Weather observer program seeks help
03/27/2014 1:38 PM
03/27/2014 1:40 PM
The nation’s largest network of citizen meteorologists is looking for help.
Organizers of the Community Collaborative Rain, Haul and Snow Network, or CoCoRaHS, are in the midst of a recruiting drive and say prospective volunteers won’t need a doctorate in meteorology – just an interest in weather and a willingness to spend about $30.
David Glenn, a meteorologist at the National Weather Service office in Morehead City, said the Charlotte region has “a surprisingly low number” of volunteers. He said there are 49 CoCoRaHS members in a five-county area around Charlotte, compared to 104 in a similar zone in Raleigh.
CoCoRaHS volunteers have a relatively simple job. Once a day, they measure the amount of precipitation that fell the previous 24 hours, then transmit that information.
The data is used by businesses, agricultural interests and, of course, government and private meteorologists.
“The data can be used for community leaders to plan in possible flood events, or it can be used in research, or in climatology,” said Matt Eastin, who teaches meteorology at UNC Charlotte and coordinates the CoCoRaHS program in the immediate Charlotte area. “There’s an airport that reports precipitation in each county. But in the summer, if a thunderstorm doesn’t go over the airport, the rain isn’t measured.
“This helps fill in the gaps.”
Cathleen Gallagher, a Wisconsin native now living in Huntersville, is among the CoCoRaHS volunteers.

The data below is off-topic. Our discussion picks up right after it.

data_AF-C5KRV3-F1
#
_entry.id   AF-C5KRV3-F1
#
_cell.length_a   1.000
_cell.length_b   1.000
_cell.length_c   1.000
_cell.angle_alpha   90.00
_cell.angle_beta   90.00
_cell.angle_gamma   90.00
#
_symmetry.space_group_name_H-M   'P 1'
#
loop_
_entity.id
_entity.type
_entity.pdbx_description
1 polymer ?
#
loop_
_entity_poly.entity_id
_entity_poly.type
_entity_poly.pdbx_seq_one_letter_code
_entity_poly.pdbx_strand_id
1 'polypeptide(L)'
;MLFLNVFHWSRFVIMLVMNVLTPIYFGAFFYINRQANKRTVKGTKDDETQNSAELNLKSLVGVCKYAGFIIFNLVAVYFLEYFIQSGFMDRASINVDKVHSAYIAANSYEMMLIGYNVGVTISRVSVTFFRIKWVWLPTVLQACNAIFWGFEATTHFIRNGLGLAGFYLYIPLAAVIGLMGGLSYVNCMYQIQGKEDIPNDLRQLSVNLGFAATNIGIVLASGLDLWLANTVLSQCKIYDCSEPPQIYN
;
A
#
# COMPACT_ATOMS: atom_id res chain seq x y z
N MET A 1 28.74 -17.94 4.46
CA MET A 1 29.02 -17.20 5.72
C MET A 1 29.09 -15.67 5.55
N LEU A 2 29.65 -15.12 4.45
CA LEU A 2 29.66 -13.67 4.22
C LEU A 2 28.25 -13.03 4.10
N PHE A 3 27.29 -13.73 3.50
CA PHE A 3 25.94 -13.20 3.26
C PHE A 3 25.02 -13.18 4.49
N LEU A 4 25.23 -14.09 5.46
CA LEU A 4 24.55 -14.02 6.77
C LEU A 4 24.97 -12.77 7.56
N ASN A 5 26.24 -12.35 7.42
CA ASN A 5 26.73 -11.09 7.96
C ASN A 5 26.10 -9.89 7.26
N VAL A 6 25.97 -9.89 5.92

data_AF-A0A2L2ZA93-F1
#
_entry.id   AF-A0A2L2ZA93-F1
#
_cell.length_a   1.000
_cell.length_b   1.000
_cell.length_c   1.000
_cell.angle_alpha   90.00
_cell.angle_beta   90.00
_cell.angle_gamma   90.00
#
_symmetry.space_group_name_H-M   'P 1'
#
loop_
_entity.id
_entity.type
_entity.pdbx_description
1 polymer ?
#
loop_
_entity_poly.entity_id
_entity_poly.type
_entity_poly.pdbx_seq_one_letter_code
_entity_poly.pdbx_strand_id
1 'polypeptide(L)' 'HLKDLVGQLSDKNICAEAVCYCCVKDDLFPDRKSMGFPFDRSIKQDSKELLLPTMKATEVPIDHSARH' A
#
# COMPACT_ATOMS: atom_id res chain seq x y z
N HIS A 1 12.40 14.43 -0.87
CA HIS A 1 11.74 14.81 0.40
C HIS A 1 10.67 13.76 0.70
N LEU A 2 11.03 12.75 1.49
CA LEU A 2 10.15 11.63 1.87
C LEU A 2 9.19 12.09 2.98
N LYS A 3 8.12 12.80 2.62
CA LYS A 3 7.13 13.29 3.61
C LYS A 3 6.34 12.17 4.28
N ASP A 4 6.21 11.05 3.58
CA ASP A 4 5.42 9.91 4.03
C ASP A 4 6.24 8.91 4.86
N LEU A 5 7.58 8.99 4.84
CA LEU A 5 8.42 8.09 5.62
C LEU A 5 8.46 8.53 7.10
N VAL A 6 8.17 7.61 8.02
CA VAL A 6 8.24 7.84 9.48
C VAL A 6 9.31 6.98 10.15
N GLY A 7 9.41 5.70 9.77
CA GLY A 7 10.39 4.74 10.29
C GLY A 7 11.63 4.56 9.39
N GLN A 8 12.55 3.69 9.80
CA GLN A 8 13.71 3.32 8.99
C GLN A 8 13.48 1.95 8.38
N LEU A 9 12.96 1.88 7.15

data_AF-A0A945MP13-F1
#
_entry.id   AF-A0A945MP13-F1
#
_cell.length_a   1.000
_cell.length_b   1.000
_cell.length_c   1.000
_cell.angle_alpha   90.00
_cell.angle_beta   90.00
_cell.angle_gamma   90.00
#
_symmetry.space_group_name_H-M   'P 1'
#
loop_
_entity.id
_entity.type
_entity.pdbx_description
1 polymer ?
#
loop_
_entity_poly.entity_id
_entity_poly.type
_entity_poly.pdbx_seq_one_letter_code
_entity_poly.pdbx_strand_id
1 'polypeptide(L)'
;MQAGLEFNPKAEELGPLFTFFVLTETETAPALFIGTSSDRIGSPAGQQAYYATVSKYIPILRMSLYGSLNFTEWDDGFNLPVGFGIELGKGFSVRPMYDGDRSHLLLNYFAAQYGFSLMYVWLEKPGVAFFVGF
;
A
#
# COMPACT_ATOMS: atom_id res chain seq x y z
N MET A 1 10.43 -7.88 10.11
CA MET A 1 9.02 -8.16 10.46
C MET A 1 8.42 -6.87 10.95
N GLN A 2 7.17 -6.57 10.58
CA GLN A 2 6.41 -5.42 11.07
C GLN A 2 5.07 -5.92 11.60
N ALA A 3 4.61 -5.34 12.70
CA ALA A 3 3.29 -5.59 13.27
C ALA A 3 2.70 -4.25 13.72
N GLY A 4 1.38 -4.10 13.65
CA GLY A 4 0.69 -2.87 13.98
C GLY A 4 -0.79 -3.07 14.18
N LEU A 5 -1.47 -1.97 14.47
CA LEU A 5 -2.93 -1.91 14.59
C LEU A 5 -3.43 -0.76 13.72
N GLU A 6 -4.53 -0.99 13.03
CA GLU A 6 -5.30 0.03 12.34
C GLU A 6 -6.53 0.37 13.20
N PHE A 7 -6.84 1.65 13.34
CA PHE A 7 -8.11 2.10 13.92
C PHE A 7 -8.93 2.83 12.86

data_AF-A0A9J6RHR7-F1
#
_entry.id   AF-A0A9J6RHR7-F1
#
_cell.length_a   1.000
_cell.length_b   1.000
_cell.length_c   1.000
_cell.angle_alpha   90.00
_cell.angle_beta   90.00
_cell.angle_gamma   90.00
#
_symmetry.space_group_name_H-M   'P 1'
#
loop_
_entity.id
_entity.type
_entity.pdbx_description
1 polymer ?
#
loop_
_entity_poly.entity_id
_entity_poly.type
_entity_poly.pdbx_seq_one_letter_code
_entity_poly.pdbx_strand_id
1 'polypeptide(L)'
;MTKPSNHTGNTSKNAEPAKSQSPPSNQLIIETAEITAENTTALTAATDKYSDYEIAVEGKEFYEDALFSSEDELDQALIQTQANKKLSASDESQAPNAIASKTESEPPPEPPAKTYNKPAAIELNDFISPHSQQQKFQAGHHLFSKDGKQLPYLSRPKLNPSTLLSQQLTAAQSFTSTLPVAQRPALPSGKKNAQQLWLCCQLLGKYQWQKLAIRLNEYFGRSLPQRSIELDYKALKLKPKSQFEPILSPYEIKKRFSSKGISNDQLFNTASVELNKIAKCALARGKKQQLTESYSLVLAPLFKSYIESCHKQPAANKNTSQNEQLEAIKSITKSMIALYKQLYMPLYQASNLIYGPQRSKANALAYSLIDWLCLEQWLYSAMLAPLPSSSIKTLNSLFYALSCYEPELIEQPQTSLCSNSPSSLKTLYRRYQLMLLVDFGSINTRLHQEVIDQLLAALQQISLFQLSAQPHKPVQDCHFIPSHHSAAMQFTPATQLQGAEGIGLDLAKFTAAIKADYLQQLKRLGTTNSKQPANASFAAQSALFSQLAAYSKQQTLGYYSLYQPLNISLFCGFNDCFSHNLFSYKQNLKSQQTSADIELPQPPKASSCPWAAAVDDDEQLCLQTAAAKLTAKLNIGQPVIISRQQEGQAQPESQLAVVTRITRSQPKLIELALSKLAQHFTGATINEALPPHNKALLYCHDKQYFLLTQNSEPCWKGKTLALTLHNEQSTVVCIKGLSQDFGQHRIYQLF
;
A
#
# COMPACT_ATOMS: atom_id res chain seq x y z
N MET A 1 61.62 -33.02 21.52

“In the morning, I wake up, go outside, and read the rain gauge,” Gallagher says. “It takes about three seconds. I’m really interested in science. I’m curious. And that’s why I got involved in this.”
Johnny Hoyle of Lincolnton doubles as a CoCoRaHS observer and a spotter for the National Weather Service.
“It helps build an information network,” he said of his volunteer duties. “It affects industry, agriculture ... and power companies depend on it. And I really enjoy weather. I like observing it on a daily basis.”
Jerry Landry of Davidson said the only cost is the $30 for a CoCoRaHS-approved rain gauge. Since joining the network in 2008, his only additional cost has been $9.25 to replace the cylinder in the gauge, after it was damaged in a severe thunderstorm.
Adding a little juice to the recruiting drive is a national competition to add members. The drive ends Monday, and Florida (123 new members) is leading North Carolina (120) in the battle for first place.
Gallagher said she was fearful of severe thunderstorms while growing up but said that fear led her curiosity to learn more about storms. “I still hold a deep respect for Mother Nature,” she said.
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